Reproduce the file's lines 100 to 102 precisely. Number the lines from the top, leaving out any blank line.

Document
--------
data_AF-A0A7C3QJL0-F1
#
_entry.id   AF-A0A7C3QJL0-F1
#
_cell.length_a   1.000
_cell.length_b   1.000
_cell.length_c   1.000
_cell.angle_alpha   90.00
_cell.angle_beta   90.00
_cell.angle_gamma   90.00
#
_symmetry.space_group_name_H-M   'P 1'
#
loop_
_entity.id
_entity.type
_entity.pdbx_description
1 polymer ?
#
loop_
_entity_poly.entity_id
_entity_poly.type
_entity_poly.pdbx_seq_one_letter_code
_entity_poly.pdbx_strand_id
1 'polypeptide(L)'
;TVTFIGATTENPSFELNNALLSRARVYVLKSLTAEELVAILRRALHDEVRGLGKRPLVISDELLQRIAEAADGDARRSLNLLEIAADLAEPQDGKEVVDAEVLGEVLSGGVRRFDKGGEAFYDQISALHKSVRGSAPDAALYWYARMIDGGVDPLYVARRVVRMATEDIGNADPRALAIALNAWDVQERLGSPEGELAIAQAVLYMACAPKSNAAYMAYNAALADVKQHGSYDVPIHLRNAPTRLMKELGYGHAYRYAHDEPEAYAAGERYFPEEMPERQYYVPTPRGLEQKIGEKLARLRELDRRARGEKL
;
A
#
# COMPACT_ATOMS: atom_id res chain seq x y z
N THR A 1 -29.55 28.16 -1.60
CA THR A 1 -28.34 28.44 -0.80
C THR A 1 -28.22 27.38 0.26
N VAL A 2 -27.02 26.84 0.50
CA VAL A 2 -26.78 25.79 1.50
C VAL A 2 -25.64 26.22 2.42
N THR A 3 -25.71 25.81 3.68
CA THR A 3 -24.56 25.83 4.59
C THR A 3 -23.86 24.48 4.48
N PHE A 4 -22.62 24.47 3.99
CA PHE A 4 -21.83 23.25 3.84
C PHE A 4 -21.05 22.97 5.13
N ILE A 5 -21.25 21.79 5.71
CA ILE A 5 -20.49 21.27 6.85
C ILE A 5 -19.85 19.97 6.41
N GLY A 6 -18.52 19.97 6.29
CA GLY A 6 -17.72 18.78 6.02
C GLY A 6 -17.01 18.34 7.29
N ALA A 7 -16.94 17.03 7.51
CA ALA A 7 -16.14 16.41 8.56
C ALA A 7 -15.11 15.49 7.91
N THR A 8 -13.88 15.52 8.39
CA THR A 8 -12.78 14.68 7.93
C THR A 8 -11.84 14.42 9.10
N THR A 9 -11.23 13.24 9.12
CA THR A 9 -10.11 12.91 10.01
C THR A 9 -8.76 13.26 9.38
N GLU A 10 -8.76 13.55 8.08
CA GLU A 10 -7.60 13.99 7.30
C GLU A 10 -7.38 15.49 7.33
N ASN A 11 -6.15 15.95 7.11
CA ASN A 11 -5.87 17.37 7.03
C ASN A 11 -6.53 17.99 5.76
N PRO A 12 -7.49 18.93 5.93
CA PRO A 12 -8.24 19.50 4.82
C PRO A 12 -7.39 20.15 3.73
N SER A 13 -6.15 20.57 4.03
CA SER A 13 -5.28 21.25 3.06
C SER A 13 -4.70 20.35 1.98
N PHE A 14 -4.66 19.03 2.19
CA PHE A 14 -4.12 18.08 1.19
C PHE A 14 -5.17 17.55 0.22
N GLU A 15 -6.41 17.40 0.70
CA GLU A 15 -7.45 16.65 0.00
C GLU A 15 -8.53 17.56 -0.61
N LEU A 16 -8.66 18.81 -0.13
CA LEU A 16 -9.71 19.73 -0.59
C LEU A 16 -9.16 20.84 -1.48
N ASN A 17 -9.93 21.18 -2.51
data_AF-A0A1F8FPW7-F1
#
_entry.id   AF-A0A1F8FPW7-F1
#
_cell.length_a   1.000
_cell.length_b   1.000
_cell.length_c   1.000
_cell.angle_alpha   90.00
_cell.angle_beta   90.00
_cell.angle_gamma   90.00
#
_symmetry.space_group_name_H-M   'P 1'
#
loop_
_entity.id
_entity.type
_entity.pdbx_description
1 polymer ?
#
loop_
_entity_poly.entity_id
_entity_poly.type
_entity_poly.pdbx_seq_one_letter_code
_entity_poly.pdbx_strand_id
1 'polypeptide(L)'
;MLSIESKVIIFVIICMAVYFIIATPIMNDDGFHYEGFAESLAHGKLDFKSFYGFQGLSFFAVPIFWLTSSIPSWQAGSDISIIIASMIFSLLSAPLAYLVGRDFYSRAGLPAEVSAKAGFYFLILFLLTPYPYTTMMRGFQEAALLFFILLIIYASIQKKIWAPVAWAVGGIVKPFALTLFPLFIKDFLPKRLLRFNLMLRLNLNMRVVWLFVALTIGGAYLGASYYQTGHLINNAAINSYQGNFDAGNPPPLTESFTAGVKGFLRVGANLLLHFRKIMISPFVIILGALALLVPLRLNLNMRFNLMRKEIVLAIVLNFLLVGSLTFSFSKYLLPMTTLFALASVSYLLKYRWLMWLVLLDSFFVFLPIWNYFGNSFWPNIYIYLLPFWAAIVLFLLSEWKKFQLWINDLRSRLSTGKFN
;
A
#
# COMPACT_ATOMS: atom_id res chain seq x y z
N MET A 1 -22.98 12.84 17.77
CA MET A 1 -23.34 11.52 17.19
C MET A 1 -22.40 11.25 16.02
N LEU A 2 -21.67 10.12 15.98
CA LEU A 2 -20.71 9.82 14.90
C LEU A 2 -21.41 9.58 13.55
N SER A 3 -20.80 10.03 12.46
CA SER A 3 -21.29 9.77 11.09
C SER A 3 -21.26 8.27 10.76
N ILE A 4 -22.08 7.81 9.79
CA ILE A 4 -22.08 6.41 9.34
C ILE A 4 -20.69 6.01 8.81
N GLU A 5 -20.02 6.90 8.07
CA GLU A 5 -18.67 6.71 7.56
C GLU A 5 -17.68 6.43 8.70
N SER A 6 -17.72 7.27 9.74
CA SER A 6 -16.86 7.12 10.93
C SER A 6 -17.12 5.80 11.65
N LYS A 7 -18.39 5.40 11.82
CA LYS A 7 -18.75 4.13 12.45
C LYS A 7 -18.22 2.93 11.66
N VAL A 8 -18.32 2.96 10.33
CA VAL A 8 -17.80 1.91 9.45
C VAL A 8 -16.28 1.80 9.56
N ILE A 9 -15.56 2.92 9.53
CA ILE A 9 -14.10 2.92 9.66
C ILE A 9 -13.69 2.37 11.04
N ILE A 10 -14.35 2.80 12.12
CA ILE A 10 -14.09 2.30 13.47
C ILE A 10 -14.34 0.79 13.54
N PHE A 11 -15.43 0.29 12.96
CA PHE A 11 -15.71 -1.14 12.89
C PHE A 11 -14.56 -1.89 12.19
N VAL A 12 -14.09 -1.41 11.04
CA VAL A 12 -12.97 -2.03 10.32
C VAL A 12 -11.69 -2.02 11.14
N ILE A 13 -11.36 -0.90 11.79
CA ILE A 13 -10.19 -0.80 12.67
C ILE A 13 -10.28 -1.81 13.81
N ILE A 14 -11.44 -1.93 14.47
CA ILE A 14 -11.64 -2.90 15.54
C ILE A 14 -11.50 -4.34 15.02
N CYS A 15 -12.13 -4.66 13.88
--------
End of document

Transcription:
_entity_poly.entity_id
_entity_poly.type
_entity_poly.pdbx_seq_one_letter_code